A ‘green treaty’ agreeing ways to cut Oxford’s carbon emissions is being proposed by the city council.

The council is holding talks with key organisations in the city on ways to to cut the amount of carbon dioxide being pumped into the atmosphere.

It hopes to draw up details of a document to be signed in September.

So far the council has approached bus firm Stagecoach Oxfordshire, Oxford Brookes University and community environment group Low Carbon West Oxford.

The Oxford Strategic Partnership, which represents key organisations and businesses, met on Friday to debate a proposed target of reducing emissions in the city by three per cent each year.

John Tanner, the council’s executive member for a cleaner, greener city, said: “We want to create a Low Carbon Oxford. We will be one of the first cities to take this step.

“It is estimated Oxford produces one million tonnes of carbon dioxide every year.

“We would like to reduce that total by at least three per cent every year.

“To do so, we’re approaching 10 or 12 key organisations to sign up to the agreement to reduce their carbon footprint by the same amount.

“We expect other organisations to join up in due course and then householders and schools could come on board.

“The green economy is coming, whether we like it or not. This will be Oxford’s contribution to saving the planet.”

Cutting the city’s emissions by three per cent would equate to a reduction of 30,000 tonnes of carbon dioxide.

The reduction would be achieved if, on average, every individual in Oxford drove their cars 30 fewer miles each month.

One tonne of carbon dioxide is measured at 556,000 litres — about the volume of a three-bedroom house.

Mr Tanner said: “Most organisations can save money by switching off power, putting in insulation, measuring how much gas and electricity they use and cutting vehicle journeys.

“These are the first and cheapest steps to reduce your carbon footprint, whether you’re a car factory or an individual home.

“After taking these initial steps, you can start to be more imaginative and build wind turbines and use electric cars and solar panels.

“The pathfinder organisations could save hundreds of thousands of pounds in just a few years.”

He spoke about the green treaty plan during a visit to see new council houses being built in Rivermead Road and Mortimer Road, Rose Hill, to replace outdated prefabricated Orlit houses.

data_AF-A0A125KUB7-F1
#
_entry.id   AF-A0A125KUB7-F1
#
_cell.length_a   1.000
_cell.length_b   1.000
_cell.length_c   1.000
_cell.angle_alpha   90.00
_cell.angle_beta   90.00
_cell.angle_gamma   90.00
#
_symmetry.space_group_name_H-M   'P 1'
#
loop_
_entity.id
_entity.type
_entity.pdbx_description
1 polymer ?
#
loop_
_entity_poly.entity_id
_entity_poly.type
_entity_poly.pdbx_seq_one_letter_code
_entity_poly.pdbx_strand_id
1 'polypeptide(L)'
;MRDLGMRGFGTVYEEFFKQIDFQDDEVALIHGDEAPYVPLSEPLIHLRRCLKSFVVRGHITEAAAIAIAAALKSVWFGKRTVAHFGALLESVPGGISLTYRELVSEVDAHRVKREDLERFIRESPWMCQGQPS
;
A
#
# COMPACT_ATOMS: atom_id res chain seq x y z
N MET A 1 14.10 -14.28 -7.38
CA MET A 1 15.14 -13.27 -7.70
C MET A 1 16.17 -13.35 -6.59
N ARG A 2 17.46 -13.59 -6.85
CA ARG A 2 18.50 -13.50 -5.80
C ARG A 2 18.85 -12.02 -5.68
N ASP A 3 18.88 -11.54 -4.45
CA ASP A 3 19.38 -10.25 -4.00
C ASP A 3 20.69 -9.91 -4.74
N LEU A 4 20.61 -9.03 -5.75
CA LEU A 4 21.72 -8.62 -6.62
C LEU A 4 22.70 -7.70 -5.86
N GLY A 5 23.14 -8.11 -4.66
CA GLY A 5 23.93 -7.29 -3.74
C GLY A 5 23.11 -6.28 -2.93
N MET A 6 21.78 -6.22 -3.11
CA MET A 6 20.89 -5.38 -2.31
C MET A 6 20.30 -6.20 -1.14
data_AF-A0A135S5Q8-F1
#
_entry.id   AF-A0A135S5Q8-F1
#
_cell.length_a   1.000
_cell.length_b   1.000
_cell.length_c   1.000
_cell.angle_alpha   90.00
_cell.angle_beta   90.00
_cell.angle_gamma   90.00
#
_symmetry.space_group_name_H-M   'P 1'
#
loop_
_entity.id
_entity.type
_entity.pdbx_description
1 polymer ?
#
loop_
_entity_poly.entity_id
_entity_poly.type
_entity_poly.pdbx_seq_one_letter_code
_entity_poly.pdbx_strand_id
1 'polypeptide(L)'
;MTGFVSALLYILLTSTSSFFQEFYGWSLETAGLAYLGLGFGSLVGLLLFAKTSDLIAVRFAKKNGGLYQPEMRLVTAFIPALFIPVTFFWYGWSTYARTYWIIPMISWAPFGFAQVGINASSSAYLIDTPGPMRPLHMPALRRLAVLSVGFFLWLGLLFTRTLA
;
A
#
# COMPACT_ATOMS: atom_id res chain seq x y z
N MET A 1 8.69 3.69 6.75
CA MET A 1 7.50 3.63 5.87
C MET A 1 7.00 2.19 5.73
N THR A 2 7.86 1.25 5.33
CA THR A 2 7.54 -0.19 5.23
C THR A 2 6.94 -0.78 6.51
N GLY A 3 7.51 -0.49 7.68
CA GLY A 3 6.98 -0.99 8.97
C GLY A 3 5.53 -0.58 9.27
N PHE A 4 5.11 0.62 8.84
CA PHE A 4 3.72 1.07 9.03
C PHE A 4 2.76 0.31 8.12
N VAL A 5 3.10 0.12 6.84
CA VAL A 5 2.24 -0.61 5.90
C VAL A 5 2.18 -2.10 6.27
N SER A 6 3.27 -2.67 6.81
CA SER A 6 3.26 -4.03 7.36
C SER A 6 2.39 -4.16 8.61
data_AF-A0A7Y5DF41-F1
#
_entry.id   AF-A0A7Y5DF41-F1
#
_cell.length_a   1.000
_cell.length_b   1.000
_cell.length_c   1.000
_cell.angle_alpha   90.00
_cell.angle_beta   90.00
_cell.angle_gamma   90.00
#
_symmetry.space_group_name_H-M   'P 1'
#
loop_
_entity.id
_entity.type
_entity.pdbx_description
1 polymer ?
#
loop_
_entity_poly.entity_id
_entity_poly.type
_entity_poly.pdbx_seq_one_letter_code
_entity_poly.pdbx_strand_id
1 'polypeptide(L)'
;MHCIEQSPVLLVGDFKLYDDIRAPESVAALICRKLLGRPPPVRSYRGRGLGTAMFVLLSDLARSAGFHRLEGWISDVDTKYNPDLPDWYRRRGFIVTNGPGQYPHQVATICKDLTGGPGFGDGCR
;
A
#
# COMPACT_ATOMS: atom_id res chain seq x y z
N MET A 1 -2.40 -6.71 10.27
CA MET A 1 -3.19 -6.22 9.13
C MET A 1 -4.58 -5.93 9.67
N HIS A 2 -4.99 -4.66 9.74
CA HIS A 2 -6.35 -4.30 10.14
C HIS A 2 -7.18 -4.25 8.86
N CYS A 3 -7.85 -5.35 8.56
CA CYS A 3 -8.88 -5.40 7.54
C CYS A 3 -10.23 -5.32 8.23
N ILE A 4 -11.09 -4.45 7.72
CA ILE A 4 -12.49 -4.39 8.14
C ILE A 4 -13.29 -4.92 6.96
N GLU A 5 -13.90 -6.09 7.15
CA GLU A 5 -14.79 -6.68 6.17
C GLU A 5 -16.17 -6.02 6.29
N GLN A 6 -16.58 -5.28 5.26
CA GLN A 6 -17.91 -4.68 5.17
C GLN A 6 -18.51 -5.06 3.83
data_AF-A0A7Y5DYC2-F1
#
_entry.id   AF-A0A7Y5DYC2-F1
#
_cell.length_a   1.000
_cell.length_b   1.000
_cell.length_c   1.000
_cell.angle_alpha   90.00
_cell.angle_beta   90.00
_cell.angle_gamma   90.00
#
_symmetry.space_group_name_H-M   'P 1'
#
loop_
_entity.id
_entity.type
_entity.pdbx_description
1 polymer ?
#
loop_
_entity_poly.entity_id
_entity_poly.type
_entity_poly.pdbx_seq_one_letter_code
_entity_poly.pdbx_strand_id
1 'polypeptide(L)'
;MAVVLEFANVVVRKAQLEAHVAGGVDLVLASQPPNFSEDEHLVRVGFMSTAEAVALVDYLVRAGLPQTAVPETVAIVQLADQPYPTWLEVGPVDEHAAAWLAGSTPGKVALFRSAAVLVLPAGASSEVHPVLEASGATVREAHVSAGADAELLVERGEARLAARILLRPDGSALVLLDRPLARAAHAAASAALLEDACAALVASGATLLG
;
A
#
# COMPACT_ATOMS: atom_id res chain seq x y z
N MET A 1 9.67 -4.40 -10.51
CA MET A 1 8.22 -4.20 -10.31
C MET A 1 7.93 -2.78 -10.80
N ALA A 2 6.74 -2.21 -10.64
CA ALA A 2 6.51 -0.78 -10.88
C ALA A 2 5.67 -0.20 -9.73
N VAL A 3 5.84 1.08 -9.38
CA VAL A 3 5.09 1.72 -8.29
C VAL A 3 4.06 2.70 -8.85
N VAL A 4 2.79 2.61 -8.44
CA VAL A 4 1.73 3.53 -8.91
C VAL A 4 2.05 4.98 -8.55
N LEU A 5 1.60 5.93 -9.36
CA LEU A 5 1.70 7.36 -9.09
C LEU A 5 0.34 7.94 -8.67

The new houses are being fitted with solar panels on their roofs.

Mr Tanner would not reveal the full list of organisations being approached, but they are thought to include the Oxford Bus Company, the BMW Mini plant and NHS trusts.

He added: “Discussions will be taking place in the next few weeks so that a declaration can be made at the end of the summer to kick-start a major reduction in the city’s carbon footprint.”

Low Carbon West Oxford has secured almost £1m of funding for green energy projects in the past two years.

The group, set up in the wake of the July 2007 floods, plans to install solar panels at the King’s Centre community church, in Osney Mead, and at the Aldi supermarket, in Botley Road.

The group also wants to put up a 50ft-tall wind turbine on Harcourt Hill.

Chairman Ruth Mayne said: “The city council has approached us and we’re really interested in discussing the potential of this scheme with them.”

Environmental activist and author Chris Goodall, from Summertown, added: “This sounds like an excellent idea.

“A three per cent annual reduction is an achievable target for any organisation.

“An organisation like the NHS primary care trust could achieve that by providing better insulation in its buildings, new boilers, better central heating controls and new windows.

“The developed world needs to reduce its emissions by three per cent a year for decades to come.”

Harriet Waters, sustainability manager for Oxford Brookes University, said: “We look forward to working in partnership with other Oxford organisations on reducing the city’s carbon emissions.”

BMW spokesman Angela Stangroom said: “So far we have not been approached.”